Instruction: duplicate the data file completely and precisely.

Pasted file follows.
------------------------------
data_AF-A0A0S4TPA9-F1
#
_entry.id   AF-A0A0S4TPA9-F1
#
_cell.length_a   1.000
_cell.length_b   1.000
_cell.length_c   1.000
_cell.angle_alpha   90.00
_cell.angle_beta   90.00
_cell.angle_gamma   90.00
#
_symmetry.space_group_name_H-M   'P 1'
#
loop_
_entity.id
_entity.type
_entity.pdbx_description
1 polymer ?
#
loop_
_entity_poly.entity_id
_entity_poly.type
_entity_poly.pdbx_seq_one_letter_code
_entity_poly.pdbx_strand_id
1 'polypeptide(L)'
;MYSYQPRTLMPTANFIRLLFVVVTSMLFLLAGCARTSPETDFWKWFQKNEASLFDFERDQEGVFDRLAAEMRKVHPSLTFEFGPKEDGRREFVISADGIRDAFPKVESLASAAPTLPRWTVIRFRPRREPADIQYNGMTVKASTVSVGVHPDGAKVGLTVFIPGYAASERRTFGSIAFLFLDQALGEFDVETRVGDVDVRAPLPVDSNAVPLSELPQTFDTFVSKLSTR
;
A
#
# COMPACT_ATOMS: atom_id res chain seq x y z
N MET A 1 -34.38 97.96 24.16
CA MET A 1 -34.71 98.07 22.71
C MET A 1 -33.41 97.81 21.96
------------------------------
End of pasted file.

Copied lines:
data_AF-A0A0S4TPA9-F1
#
_entry.id   AF-A0A0S4TPA9-F1
#
_cell.length_a   1.000
_cell.length_b   1.000
_cell.length_c   1.000
_cell.angle_alpha   90.00
_cell.angle_beta   90.00
_cell.angle_gamma   90.00
#
_symmetry.space_group_name_H-M   'P 1'
#
loop_
_entity.id
_entity.type
_entity.pdbx_description
1 polymer ?
#
loop_
_entity_poly.entity_id
_entity_poly.type
_entity_poly.pdbx_seq_one_letter_code
_entity_poly.pdbx_strand_id
1 'polypeptide(L)'
;MYSYQPRTLMPTANFIRLLFVVVTSMLFLLAGCARTSPETDFWKWFQKNEASLFDFERDQEGVFDRLAAEMRKVHPSLTFEFGPKEDGRREFVISADGIRDAFPKVESLASAAPTLPRWTVIRFRPRREPADIQYNGMTVKASTVSVGVHPDGAKVGLTVFIPGYAASERRTFGSIAFLFLDQALGEFDVETRVGDVDVRAPLPVDSNAVPLSELPQTFDTFVSKLSTR
;
A
#
# COMPACT_ATOMS: atom_id res chain seq x y z
N MET A 1 -34.38 97.96 24.16
CA MET A 1 -34.71 98.07 22.71
C MET A 1 -33.41 97.81 21.96